Seven Charts That Show How Brexit Has Already Changed the City of London
(Bloomberg) -- A month after Britain voted to leave the European Union, Boris Johnson was asked whether he thought the finance industry would keep its rights to trade freely in the bloc. “I do, I do,” he told reporters. It was never that simple.
Half a decade later, billions of dollars in assets and thousands of jobs have moved to the continent after the U.K. negotiated a bare-bones trade deal with the EU that largely sidelined finance, giving cities across the bloc the chance to lure firms in flux. While the two sides may be just about to ink an agreement to cooperate on financial regulation, neither expects the return of business as usual.
European cities like Amsterdam, Dublin, Frankfurt and Paris have each captured some of the shifts so far, although none has emerged as the clear winner yet. Some of these changes, like share trading volumes, happened overnight. In other areas, like jobs, it is more of a slow drift as firms and individuals try to work out which city in the evolving post-Brexit landscape suits them best.
“We will have Frankfurt, Amsterdam, Paris and Dublin all in the mix to take some part of the financial system,” Mairead McGuinness, the bloc’s commissioner for financial services told journalists in March. “Markets will decide that and are probably best placed to do that.”
The situation remains fluid and the eventual outcome uncertain. The U.K. and EU are due to sign a memo of understanding at the end of March to cooperate on financial rules, which might smooth the path to greater access for British firms through so-called equivalence rulings in future. Some flows might change direction as the U.K. starts to set its own rules outside the single market, while areas key to London’s decades-long dominance as a financial center — including the clearing of trades — have proven sticky so far.
“I don’t think you can create a financial center,” said Douglas Flint, chairman of U.K. fund manager Standard Life Aberdeen. “The EU’s challenge is one of where do you choose to locate such a center and how do you get other EU competing countries to cede whatever activities they host.”
But if the first three months of 2021 are any indication, Brexit could remake financial centers across Europe in the coming years.
Here’s what has happened so far:
European equity markets opened on Jan. 4 to a once-in-generation, “big bang” shift. Nearly all of the trading volume in shares of European companies that was handled in in the U.K. bolted to the EU. London soon lost its crown to Amsterdam as the continent’s top place to buy and sell shares. Trading in Swiss equities, which had been blocked while Britain was a member of the EU, resumed in February, helping to increase business on U.K. platforms. Britain is now hoping to boost equity markets by making it easier for companies to go public in London.
London has long been a global center for interest rate swaps trading, recently beating out New York and cities across Europe and Asia. But the City took a hit to its dominance after the EU blocked firms based inside its borders from trading certain benchmark contracts on London-based platforms. Seeing a rupture in markets between the EU and U.K., some banks routed business to Wall Street instead, where both jurisdictions allow trading, although London is still a dominant player when off-facility trading is included.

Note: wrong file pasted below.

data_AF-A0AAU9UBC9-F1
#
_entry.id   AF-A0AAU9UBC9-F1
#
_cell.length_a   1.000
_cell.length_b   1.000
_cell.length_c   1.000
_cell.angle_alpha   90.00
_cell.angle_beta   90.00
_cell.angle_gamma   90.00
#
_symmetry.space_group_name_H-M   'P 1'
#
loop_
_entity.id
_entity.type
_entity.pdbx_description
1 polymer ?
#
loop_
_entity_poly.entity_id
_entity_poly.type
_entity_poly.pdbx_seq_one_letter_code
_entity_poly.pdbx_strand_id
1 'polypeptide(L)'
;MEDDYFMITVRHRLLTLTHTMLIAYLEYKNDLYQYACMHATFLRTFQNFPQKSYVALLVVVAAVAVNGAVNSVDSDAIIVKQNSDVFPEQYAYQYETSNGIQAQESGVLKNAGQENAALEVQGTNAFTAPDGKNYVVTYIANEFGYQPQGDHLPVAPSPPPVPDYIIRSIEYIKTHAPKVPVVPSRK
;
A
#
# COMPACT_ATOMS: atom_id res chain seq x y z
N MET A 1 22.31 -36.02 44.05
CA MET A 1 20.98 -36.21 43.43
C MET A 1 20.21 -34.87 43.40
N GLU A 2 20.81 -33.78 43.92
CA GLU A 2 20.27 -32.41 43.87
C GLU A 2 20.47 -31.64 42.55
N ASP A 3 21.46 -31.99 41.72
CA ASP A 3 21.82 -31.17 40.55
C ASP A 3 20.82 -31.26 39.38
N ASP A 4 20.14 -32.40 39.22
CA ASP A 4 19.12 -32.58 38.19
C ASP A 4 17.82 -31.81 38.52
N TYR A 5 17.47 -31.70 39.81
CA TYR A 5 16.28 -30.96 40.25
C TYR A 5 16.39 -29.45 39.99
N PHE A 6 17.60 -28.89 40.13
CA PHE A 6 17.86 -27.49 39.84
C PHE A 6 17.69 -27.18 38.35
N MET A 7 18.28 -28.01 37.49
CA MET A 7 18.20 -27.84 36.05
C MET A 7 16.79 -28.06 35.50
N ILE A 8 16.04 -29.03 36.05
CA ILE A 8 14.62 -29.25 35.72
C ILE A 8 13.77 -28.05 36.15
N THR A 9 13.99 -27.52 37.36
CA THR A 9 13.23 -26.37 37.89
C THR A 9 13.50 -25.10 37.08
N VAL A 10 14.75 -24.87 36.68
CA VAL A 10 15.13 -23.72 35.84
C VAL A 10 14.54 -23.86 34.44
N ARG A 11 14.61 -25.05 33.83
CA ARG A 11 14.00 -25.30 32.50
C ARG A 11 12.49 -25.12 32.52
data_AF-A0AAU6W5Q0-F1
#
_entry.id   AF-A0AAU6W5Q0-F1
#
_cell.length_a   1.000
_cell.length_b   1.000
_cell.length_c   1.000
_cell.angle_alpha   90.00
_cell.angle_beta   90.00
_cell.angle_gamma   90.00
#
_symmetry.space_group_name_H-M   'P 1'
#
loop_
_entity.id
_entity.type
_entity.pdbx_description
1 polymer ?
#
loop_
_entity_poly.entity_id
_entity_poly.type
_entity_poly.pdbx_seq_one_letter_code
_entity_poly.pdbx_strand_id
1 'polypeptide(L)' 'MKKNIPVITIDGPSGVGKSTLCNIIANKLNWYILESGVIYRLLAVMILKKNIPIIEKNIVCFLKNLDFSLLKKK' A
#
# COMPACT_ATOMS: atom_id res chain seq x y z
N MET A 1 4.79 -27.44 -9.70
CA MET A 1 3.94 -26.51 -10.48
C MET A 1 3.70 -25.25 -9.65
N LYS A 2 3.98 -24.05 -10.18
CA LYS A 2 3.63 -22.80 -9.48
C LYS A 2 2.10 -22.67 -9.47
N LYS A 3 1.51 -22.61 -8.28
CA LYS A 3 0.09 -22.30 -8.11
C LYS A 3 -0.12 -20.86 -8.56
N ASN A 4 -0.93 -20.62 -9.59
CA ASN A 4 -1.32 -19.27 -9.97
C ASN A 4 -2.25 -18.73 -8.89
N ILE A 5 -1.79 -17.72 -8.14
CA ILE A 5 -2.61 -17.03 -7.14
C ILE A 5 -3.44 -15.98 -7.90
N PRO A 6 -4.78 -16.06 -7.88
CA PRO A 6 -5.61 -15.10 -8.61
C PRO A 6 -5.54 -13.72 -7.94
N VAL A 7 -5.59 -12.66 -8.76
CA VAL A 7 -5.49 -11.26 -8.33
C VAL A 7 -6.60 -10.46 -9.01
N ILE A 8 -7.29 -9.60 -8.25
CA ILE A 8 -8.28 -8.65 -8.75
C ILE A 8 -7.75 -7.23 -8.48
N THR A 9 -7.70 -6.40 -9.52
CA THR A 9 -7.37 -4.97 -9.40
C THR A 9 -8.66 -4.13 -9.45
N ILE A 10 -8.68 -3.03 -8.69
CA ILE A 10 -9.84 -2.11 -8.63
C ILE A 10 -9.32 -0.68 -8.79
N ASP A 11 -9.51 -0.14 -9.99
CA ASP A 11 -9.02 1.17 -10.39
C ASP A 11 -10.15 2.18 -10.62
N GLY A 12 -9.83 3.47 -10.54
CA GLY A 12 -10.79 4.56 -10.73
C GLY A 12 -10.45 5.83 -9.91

One key part of the financial market has yet to face much disruption: derivatives clearing. London Stock Exchange Group Plc’s clearinghouse, LCH, won a decision from the EU that allows it to handle European business through June 2022. The EU is making clear, though, that it wants the balance of power to shift, drawing more euro-denominated business inside its borders. The Bank of England has already vowed that the U.K. will resist any EU move to force business to relocate.
Initial public offerings are another area where the Square Mile continues to overshadow its continental rivals. Listings in the U.K. are firmly on course for a record first quarter, with companies from bootmaker Dr. Martens to Russian discount retailer Fix Price raising a combined $7.2 billion pounds. That’s before the U.K. government’s proposed loosening of listing requirements takes effect.
M&A bankers are also enjoying a bumper year. Foreign companies’ acquisitions in the U.K. have nearly tripled this year to $66 billion, a record for that time period, according to data compiled by Bloomberg. Takeovers of publicly-traded U.K. companies have risen more than sevenfold. This may reflect weakness rather than strength, however. British companies have become more vulnerable targets as the valuation gap between local stocks and other major markets widened over the past year.
Jobs and Assets
Finance firms have announced that about 7,600 jobs will move from the U.K. to the bloc, according to a study by consultancy EY. About 1.3 trillion pounds ($1.8 trillion) of assets are also on the move. Dublin has attracted the largest absolute numbers of firms of all types relocating to the bloc. Frankfurt and Paris have also been popular among larger firms like universal banks, investment banks and brokerages.
While tax changes and a comparatively sluggish U.K. economy have had the biggest impact on property prices, Brexit uncertainty and the migration of Brexit bankers may be exacerbating existing trends in property prices. Since the U.K. voted to leave the EU, London property prices have increased by 6%, compared to a fifth in Dublin and Amsterdam’s 40% rise.
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